Select text.

Two-finger pinch close

Deselect text.

Three-finger swipe up or down

Scroll a list or area of the screen.

Three-finger swipe right or left

Navigate to the next or previous page.

Three-finger double tap—If zoom is enabled, this becomes a three-finger triple tap.

Toggle speech. VoiceOver sound icons, or audio feedback, still play if the device is not muted.

Three-finger triple tap—If zoom is enabled, this becomes a three-finger quadruple tap.

Toggle Screen Curtain. See “Emulate the VoiceOver Experience with the Screen Curtain.”

Four-finger tap at top or bottom of screen

Select the first or last accessible element on the screen.

While testing your app, ensure that interactive controls and important pieces of information can be accessed by the VoiceOver cursor. UI decoration is irrelevant to the VoiceOver user, and need not be accessible.

VoiceOver Tips and Tricks

This section contains special VoiceOver shortcuts and gestures that can help you operate and master VoiceOver. With these tips, you can quickly change VoiceOver settings, jump to a certain element when many are presented onscreen, and use iOS from the perception of someone with a visual impairment.

Quickly Toggle VoiceOver by Triple-Clicking the Home Button

You can toggle VoiceOver on and off quickly by setting it to the triple-click setting in Settings > General > Accessibility > Triple-Click, as shown in Figure 1-2. Then, by triple-clicking the Home button, you can toggle VoiceOver on or off. This is much quicker than navigating back to the Settings app every time you want to enable or disable VoiceOver, speeding up accessibility testing significantly while making it easy to disable VoiceOver when you’re not sure which gesture to use.

Figure 1-2  Set the triple-click Home button setting to VoiceOver

Fine-Tune Speech Granularity with the VoiceOver Rotor

You can break down the speech of VoiceOver to a per-word and even per-character basis by using the VoiceOver rotor, as shown in Figure 1-3. Rotate two fingers in a clockwise or counter-clockwise motion, as if turning a dial, to cycle through rotor options. After an option is selected, swipe up or down with one finger to progress to the previous or next value as indicated by the rotor option.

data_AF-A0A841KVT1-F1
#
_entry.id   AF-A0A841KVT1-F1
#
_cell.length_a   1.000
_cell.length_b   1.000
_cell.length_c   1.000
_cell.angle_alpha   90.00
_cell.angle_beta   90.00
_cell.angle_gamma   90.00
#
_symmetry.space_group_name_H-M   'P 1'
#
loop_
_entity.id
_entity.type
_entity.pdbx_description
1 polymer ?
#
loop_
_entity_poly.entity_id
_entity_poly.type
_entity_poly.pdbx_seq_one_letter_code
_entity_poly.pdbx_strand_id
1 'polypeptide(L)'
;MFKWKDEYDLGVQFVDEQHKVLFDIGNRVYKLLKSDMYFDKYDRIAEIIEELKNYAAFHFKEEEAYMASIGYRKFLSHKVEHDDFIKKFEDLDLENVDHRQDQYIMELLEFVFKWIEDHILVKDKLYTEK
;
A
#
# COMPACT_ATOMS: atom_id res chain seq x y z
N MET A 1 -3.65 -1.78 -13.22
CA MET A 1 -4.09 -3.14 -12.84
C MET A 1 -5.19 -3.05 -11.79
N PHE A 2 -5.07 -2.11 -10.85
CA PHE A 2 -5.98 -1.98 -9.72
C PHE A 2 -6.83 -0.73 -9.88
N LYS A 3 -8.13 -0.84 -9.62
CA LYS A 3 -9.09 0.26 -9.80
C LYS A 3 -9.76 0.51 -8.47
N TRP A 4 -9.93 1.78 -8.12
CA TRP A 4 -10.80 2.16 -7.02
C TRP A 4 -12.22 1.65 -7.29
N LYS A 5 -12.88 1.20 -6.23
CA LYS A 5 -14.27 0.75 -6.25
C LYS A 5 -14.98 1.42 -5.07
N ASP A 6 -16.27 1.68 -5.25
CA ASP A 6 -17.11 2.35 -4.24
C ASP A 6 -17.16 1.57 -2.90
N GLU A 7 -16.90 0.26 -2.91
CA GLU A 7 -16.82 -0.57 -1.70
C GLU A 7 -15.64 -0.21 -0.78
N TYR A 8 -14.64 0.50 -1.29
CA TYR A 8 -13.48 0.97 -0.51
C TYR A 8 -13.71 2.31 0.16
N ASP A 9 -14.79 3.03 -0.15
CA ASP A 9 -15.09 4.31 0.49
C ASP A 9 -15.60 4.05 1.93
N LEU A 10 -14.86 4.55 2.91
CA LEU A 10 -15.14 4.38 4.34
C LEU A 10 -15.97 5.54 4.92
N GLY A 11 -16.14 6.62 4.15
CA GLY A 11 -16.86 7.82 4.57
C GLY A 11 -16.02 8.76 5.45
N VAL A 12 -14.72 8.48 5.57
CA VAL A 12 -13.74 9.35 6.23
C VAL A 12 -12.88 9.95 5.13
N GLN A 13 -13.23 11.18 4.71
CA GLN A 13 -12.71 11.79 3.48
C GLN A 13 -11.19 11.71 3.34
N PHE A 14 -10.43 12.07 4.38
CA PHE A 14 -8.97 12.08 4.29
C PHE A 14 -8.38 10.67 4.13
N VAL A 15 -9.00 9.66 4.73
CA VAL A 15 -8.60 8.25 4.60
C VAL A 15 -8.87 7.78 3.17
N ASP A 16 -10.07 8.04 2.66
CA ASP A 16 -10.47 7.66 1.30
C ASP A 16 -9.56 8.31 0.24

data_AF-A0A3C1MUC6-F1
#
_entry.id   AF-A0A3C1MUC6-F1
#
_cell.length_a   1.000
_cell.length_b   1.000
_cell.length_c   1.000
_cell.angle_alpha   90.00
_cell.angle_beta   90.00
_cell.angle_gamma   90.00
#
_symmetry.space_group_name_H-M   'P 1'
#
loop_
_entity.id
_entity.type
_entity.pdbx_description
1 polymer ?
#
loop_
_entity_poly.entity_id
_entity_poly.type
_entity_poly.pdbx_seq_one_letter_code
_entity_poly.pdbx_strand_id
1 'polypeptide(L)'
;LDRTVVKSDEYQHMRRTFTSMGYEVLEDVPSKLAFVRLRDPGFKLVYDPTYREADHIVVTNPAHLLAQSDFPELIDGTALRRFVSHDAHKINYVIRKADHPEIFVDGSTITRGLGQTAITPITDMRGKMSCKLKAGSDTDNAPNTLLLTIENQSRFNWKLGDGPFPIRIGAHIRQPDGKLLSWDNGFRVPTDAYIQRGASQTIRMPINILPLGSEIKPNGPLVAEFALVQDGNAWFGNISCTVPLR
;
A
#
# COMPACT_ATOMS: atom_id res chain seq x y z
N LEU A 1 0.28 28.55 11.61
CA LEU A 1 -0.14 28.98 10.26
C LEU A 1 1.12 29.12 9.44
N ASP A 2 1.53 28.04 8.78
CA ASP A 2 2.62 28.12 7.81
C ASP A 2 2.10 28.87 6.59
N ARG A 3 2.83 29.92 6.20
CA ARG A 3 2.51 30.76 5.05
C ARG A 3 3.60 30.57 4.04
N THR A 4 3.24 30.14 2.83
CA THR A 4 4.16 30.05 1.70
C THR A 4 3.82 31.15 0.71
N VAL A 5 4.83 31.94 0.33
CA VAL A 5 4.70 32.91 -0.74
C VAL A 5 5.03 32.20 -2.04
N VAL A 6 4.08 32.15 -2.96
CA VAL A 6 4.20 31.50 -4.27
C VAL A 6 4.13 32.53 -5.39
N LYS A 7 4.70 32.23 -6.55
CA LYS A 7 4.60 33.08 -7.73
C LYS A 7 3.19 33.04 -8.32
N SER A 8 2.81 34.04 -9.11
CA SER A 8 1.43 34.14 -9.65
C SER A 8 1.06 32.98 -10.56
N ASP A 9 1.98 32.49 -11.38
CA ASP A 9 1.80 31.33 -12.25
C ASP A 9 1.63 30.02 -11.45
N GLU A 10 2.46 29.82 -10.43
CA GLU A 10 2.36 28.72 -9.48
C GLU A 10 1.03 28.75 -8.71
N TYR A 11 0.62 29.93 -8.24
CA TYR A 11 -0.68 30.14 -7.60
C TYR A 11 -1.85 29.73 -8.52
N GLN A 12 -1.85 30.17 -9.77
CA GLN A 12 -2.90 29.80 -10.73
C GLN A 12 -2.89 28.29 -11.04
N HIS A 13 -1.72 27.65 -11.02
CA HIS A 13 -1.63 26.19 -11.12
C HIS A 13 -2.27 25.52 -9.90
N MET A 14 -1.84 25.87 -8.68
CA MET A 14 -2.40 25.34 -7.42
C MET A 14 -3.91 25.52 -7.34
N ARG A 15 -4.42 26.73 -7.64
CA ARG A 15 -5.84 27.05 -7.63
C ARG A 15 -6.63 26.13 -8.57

Figure 1-3  Use the VoiceOver rotor to speak text word by word

You can also add options to the rotor in Settings > General > Accessibility > VoiceOver > Rotor. For example, you can add the Speech Rate option to dynamically adjust the speaking rate from anywhere in iOS by swiping up or down. Rotor options are contextually sensitive and may not appear in all environments.

Scroll Faster with the Item Chooser

The Item Chooser can help you quickly select the element you’re looking for, particularly when there are a great number of elements in a view. With two fingers, triple-tap the screen to bring up the Item Chooser, as shown in Figure 1-4. Then, select the indexed list on the right and flick up or down to progress to the previous or next letter, respectively. This approach is useful for jumping to a particular point in a table view that doesn’t have an indexed list. The Item Chooser is also useful for searching items onscreen when there is no search field present, and for sorting an unordered list alphabetically. Dismiss the Item Chooser by performing the Escape command—a two-finger Z-shaped gesture.

Figure 1-4  The Item Chooser

Emulate the VoiceOver Experience with the Screen Curtain

To simulate the experience a visually impaired user might have with your app, you can run it with the VoiceOver screen curtain in place. When you activate the screen curtain, VoiceOver turns off the device display so that no one can read. Testing with the display turned off obliges you to rely on the information VoiceOver speaks and removes the temptation to use your app as a sighted user would. To turn off the display while you use VoiceOver, triple-tap the screen with three fingers. To turn the display back on, perform the same gesture again.